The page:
December 31, 2007. 11:41 pm. 19 minutes till January 2008. A new year, a new lifetime. It is usually on the last day of the year (or on the first of the new year) that we pause to reflect on the past year, on all the moments of joy, of sadness, of could-be’s, of have-beens, of what-ifs. We use this time to plan out better tomorrows, of more hopeful times, of happy futures. But another year also means more heartache, more sorrows, more deaths. There are some who will lose loved ones, there are some who will fall out of love, some who will have their hearts broken. It is normal to feel melancholy on this day, but it is undoubtedly much wiser to be hopeful and positive… After all, unless we look to the future with hope and a positive attitude, we would all be sitting at home near midnight, crying ourselves to sleep…
Each day we live is a new lifetime. There are people around the world being born, turning 12 years old, turning 50 years old, turning 70 years old, dying. Each day is filled with the flurry of what ‘life’ consists of- turning points, births, deaths. 365 lifetimes in a year. If we lived each day with that in mind- that it is a lifetime we are spending, how would we do things differently? Would we say different things? Could we love like it truly didn’t matter? Could we let go of all prejudices and anger and make the most of the day?... Probably not. We would probably continue to bicker over petty things, argue about our beliefs, create pandemonium for the sake of our own ideals. We would probably continue to create wars, brandishing our swords of religion, of race, of wealth, of so-called justice and freedom. We would probably find a minute to fit in love and peace, but it would be a fleeting moment, and we would immediately be consumed again by the insistence of ‘need’- the need for things, the need for possessions, the need for wars. It has become human nature to guard our material and non-material properties and our beliefs – there is an almost selfish brutishness in how it happens. We will probably continue to live each day submerged in ourselves, with the blinders on our eyes strapped on tightly.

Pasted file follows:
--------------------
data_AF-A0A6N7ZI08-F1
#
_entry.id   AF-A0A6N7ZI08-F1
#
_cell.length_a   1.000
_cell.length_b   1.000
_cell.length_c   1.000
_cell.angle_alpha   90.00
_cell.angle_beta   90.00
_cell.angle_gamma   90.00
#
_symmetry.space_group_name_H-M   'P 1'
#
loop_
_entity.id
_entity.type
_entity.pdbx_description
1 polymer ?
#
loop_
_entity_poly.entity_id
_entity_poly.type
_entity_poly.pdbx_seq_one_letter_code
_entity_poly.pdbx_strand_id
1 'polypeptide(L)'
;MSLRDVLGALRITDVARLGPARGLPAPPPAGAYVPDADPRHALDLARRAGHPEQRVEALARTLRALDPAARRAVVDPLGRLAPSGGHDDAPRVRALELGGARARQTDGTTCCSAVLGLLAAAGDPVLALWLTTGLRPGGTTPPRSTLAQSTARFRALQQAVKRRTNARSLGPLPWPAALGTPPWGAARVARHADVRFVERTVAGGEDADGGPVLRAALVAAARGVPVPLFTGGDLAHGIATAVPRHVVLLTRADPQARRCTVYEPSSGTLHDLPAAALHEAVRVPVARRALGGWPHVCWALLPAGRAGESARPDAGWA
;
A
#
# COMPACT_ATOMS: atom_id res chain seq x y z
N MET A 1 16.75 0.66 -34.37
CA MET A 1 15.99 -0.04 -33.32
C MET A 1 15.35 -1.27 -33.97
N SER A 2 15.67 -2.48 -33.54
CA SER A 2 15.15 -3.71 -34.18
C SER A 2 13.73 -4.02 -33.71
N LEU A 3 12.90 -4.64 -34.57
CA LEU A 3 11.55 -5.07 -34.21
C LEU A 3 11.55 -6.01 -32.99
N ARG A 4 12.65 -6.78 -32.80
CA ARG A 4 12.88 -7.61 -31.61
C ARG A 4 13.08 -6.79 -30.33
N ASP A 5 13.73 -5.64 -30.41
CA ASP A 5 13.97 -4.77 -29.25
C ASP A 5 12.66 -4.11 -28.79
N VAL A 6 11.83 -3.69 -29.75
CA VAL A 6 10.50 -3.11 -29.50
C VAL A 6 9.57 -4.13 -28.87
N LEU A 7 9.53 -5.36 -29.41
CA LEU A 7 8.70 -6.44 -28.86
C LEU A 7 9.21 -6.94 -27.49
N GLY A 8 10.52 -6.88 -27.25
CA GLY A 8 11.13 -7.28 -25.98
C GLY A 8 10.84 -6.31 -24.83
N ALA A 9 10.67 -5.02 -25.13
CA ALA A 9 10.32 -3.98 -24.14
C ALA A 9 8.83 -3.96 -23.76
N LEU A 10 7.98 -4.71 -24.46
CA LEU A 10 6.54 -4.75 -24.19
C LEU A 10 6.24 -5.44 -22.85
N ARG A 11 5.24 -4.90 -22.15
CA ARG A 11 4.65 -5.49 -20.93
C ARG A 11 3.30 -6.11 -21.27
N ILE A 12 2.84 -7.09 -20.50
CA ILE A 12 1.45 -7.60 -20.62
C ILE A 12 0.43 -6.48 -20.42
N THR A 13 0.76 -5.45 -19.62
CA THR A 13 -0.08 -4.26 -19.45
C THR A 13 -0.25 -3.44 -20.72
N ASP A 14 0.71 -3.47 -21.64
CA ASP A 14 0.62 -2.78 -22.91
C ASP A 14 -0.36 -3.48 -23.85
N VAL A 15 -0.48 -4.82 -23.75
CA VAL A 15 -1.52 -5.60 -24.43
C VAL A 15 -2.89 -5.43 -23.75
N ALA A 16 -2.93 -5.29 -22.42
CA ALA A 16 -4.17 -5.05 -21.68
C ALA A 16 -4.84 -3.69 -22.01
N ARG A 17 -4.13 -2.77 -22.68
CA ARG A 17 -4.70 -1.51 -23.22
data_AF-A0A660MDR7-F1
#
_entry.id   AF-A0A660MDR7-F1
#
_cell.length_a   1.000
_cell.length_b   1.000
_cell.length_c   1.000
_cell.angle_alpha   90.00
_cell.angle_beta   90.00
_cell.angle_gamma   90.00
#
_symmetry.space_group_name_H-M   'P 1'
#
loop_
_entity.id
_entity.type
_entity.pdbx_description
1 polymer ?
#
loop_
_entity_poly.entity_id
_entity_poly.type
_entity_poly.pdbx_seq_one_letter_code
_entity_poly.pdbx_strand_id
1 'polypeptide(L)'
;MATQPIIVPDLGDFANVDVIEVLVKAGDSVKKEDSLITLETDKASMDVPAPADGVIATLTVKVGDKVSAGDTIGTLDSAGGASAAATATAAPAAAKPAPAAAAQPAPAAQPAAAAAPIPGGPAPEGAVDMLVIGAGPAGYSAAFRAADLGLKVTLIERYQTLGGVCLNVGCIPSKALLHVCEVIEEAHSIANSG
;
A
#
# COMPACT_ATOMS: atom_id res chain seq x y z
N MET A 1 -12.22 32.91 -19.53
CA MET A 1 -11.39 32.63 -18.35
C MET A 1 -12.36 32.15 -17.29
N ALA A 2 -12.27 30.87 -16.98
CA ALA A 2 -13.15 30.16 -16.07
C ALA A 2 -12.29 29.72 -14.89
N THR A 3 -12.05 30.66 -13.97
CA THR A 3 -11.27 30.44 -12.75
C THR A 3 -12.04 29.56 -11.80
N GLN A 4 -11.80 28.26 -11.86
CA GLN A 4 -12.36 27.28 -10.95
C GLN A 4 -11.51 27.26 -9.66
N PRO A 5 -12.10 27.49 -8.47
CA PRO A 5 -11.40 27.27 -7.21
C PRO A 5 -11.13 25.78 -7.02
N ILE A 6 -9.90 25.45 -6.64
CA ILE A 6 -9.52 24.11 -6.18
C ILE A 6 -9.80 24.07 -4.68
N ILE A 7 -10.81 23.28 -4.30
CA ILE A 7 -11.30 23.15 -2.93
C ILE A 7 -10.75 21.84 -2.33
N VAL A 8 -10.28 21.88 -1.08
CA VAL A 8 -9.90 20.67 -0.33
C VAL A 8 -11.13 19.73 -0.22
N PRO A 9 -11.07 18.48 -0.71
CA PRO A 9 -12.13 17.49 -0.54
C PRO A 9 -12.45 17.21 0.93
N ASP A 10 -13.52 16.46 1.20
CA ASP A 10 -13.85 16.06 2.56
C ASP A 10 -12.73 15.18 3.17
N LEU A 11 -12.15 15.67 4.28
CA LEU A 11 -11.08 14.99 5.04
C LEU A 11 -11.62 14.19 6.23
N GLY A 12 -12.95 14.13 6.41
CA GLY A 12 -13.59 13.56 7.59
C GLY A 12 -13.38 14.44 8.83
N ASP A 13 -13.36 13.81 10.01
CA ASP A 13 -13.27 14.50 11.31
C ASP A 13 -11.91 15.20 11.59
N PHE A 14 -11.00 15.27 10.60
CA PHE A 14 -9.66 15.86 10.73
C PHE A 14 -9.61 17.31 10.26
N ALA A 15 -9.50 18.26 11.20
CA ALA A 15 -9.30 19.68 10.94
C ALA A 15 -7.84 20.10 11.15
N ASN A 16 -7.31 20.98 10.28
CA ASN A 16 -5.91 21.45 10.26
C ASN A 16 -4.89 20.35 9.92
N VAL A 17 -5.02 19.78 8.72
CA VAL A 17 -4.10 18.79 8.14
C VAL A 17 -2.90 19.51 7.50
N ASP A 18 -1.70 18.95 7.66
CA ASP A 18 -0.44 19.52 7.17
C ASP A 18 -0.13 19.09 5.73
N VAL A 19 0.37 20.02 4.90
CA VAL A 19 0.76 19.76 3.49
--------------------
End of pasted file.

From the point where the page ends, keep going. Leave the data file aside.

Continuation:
What we ought to do is look around us… Notice the pure delight in the face of a little girl as she chases pigeons around the courtyard. Watch the spreading of simple and unadulterated joy in the face of two friends as they share a bar of chocolate. We should see the bit of irresistible hope swinging in the corner of a woman’s eyes as she sits in the coffee shop, waiting to meet the man she’s fallen in love with. We should watch the grandparents swell with pride as their grandchildren show them school certificates and medals. We should listen for the notes in-between song lyrics that make our hearts surge with something like love, like happiness. What we should remember is the way a person’s eyes look when they are in love; the smiles that light them up. What we should look for is the hope that dangles on a thread in a war-torn country, where the shambles of buildings and dried bloodstains cannot dim a child’s need to play football. What we should look for is the love that passes from body to body as a tight hug is given between two people. What we should remember is the gurgling laughter of toddlers that come without reason, without hatred, without preconceived notions, without prejudices or beliefs… Those are what lifetimes are made of.
…If New Year’s Day was worth your lifetime, what would you do differently today?